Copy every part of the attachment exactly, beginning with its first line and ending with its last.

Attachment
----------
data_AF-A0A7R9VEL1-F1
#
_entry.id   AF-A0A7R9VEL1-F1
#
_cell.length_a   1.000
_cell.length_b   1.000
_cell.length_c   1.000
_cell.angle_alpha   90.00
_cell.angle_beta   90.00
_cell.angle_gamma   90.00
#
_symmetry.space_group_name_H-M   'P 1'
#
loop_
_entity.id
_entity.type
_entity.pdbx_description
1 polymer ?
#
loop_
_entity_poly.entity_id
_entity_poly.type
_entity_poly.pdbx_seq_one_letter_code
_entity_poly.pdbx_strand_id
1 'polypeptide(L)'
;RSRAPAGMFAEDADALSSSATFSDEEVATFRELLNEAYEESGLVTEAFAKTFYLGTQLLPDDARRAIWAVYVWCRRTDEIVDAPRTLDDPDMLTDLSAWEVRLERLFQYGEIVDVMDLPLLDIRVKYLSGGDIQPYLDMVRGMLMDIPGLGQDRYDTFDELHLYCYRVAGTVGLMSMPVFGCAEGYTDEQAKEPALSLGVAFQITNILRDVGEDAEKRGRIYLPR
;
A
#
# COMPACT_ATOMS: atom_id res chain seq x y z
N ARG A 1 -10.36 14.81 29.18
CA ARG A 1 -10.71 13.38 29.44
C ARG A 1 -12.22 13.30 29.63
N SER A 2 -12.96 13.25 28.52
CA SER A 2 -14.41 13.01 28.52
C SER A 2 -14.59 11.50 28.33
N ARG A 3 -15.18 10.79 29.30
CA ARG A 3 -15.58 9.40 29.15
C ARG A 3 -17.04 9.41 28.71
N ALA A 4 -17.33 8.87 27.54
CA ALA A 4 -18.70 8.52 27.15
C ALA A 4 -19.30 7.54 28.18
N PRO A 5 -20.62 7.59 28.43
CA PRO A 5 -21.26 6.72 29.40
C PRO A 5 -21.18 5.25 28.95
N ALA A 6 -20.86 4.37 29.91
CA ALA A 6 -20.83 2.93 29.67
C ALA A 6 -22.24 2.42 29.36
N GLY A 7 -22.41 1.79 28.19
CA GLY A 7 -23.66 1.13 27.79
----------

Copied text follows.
data_AF-A0A7R9VEL1-F1
#
_entry.id   AF-A0A7R9VEL1-F1
#
_cell.length_a   1.000
_cell.length_b   1.000
_cell.length_c   1.000
_cell.angle_alpha   90.00
_cell.angle_beta   90.00
_cell.angle_gamma   90.00
#
_symmetry.space_group_name_H-M   'P 1'
#
loop_
_entity.id
_entity.type
_entity.pdbx_description
1 polymer ?
#
loop_
_entity_poly.entity_id
_entity_poly.type
_entity_poly.pdbx_seq_one_letter_code
_entity_poly.pdbx_strand_id
1 'polypeptide(L)'
;RSRAPAGMFAEDADALSSSATFSDEEVATFRELLNEAYEESGLVTEAFAKTFYLGTQLLPDDARRAIWAVYVWCRRTDEIVDAPRTLDDPDMLTDLSAWEVRLERLFQYGEIVDVMDLPLLDIRVKYLSGGDIQPYLDMVRGMLMDIPGLGQDRYDTFDELHLYCYRVAGTVGLMSMPVFGCAEGYTDEQAKEPALSLGVAFQITNILRDVGEDAEKRGRIYLPR
;
A
#
# COMPACT_ATOMS: atom_id res chain seq x y z
N ARG A 1 -10.36 14.81 29.18
CA ARG A 1 -10.71 13.38 29.44
C ARG A 1 -12.22 13.30 29.63
N SER A 2 -12.96 13.25 28.52
CA SER A 2 -14.41 13.01 28.52
C SER A 2 -14.59 11.50 28.33
N ARG A 3 -15.18 10.79 29.30
CA ARG A 3 -15.58 9.40 29.15
C ARG A 3 -17.04 9.41 28.71
N ALA A 4 -17.33 8.87 27.54
CA ALA A 4 -18.70 8.52 27.15
C ALA A 4 -19.30 7.54 28.18
N PRO A 5 -20.62 7.59 28.43
CA PRO A 5 -21.26 6.72 29.40
C PRO A 5 -21.18 5.25 28.95
N ALA A 6 -20.86 4.37 29.91
CA ALA A 6 -20.83 2.93 29.67
C ALA A 6 -22.24 2.42 29.36
N GLY A 7 -22.41 1.79 28.19
CA GLY A 7 -23.66 1.13 27.79